The produce department at Plum is beautiful, and even though I only needed a couple items from it, I wandered the whole thing, and I’m glad I did, because I stumbled upon two new things that I’d never seen before.

Item #1 were finger limes, and in this case, it wasn’t the produce itself that caught my eye, but the price tag:

FIFTY BUCKS A POUND? For produce? Are you kidding me? All I wanted to do was toss a couple in my cart, but this boy’s on a budget, and I need to save some more pennies before making an investment like that! Usually I take a ‘buy now, research later’ approach to produce investigation, but in this case, I think the opposite approach is in order. I know, I know, they’re tiny, and buying one or two would only cost a few bucks, but still. I need to know what I’m getting into!

I’ve learned a little about finger limes since them. Todd, one of my Facebook followers (follow me on Facebook here!), told me about a wonderful iPhone app called Specialty Produce, which has all sorts of information on fruits and veggies (duh). Here’s what’s written about finger limes:

“Known as ‘the caviar of citrus,’ these tiny digit-shaped limes are practically in a category all their own. Their aromatic skin appears in a triad of colors and the flesh holds caviar-shapes vesicles that pop crisply in your mouth with an assertively tart punch. The flavor is a lemon-lime combination with herbaceous undertones.”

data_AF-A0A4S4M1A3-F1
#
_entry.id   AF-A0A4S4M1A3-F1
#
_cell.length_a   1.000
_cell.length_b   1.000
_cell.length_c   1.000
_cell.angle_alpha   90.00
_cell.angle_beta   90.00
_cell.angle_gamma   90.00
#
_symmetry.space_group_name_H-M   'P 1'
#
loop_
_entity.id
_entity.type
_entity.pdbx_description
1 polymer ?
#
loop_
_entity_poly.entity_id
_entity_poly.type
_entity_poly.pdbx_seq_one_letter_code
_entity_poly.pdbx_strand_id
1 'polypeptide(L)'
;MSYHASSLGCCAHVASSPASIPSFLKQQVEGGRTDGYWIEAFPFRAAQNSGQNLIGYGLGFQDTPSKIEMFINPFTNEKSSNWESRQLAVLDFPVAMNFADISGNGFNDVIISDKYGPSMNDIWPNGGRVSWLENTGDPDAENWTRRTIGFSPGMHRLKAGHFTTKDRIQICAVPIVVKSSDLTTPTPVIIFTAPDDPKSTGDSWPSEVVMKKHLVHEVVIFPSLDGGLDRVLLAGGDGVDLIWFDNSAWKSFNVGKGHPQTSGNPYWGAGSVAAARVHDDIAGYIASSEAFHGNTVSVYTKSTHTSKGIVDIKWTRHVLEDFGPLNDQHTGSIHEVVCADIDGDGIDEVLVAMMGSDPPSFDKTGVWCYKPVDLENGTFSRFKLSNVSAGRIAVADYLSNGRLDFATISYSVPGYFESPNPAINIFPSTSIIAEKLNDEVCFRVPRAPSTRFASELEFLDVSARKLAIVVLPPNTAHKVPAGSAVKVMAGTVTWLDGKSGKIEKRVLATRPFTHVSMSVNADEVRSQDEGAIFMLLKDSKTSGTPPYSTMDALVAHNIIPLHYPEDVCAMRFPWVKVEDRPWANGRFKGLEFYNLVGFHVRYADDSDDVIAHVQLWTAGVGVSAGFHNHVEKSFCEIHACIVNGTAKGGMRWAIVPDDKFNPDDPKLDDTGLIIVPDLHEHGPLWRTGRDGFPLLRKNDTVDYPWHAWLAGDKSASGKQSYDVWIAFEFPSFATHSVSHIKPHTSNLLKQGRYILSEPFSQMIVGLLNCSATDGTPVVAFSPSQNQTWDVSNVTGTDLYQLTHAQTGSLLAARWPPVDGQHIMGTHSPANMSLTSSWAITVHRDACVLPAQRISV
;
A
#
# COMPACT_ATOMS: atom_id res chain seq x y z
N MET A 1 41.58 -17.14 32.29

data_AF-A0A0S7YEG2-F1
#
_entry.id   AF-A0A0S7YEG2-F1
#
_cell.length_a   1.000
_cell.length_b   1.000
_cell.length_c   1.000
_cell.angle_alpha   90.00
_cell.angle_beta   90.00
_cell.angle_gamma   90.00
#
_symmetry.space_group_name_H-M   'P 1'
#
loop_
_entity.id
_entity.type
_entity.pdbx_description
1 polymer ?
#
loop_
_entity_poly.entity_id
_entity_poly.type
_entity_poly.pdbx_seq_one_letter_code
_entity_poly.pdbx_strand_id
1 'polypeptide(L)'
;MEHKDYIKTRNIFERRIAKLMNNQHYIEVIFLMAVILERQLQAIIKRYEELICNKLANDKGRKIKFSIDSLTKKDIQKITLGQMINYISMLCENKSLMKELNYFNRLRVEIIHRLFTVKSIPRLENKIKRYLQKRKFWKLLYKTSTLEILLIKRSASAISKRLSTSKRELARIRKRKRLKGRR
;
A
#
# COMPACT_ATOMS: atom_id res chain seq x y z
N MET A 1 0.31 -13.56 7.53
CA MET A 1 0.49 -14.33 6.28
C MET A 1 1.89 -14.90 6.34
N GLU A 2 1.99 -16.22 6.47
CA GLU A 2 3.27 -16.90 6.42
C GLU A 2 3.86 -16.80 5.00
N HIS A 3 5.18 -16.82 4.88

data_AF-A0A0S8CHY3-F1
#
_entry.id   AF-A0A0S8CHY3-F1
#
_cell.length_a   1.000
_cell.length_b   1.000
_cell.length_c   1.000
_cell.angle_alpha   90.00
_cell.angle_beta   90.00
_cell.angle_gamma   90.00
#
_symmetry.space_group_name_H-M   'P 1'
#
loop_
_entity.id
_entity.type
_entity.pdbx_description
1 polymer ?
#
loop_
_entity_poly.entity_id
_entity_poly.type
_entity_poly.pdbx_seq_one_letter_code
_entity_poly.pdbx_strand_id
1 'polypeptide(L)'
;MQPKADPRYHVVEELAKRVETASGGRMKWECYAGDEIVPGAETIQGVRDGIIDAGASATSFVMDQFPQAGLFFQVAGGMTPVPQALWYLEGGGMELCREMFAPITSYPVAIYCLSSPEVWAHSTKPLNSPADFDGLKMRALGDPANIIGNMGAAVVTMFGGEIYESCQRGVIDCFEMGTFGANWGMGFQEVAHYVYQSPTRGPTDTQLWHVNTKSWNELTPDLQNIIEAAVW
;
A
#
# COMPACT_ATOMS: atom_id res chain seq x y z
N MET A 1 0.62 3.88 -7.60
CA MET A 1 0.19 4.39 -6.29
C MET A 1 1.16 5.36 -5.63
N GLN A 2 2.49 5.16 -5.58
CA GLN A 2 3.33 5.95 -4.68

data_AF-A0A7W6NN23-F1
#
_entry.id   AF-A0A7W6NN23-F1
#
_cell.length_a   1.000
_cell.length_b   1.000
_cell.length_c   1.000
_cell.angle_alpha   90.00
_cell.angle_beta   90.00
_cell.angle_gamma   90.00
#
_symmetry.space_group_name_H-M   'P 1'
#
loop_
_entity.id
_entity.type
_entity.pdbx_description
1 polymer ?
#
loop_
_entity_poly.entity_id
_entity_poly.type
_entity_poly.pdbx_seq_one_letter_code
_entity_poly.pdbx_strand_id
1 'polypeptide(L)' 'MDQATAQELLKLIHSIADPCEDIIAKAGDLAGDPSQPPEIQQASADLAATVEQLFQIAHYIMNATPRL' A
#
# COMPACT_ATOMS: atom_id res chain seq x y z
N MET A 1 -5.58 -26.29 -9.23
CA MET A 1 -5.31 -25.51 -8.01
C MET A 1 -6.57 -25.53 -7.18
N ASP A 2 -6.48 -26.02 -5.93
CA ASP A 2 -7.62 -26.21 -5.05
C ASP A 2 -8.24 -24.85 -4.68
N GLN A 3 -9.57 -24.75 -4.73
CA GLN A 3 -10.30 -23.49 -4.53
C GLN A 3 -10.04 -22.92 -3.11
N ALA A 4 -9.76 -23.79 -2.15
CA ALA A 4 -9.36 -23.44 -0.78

Another website describes them as having “A caviar-like appearance and… a delightful pop rock texture.” Pop rock texture? Caviar or citrus? Vesicles? Damn, I wish I bought a finger lime! I’m keeping my eye out for these when I get back to California. Have you had one? What did you think? Share, share, share in the comments section!

Item #2 were calamondins, and at first, I thought these were the tiniest tangerines ever:

Until I saw the signage – and look, they’re much more reasonable than finger limes!

If you’re a fruit with a nickname like ‘sour bomb,’ how can I not eat you? Plum Market gets big-time bonus points for this informational placard – thanks for doing my research for me!

See that part at the bottom about asking a staffer for a sample? Well, I’ll let you in on a little secret if you promise to not tell Plum Market management: I just ate one, without asking for permission. Shhhhh! Don’t tell on me!

Sour bomb is actually a perfect description – it’s like a kumquat on steroids. I definitely puckered from the sourness, but it wasn’t overwhelming. I liked it!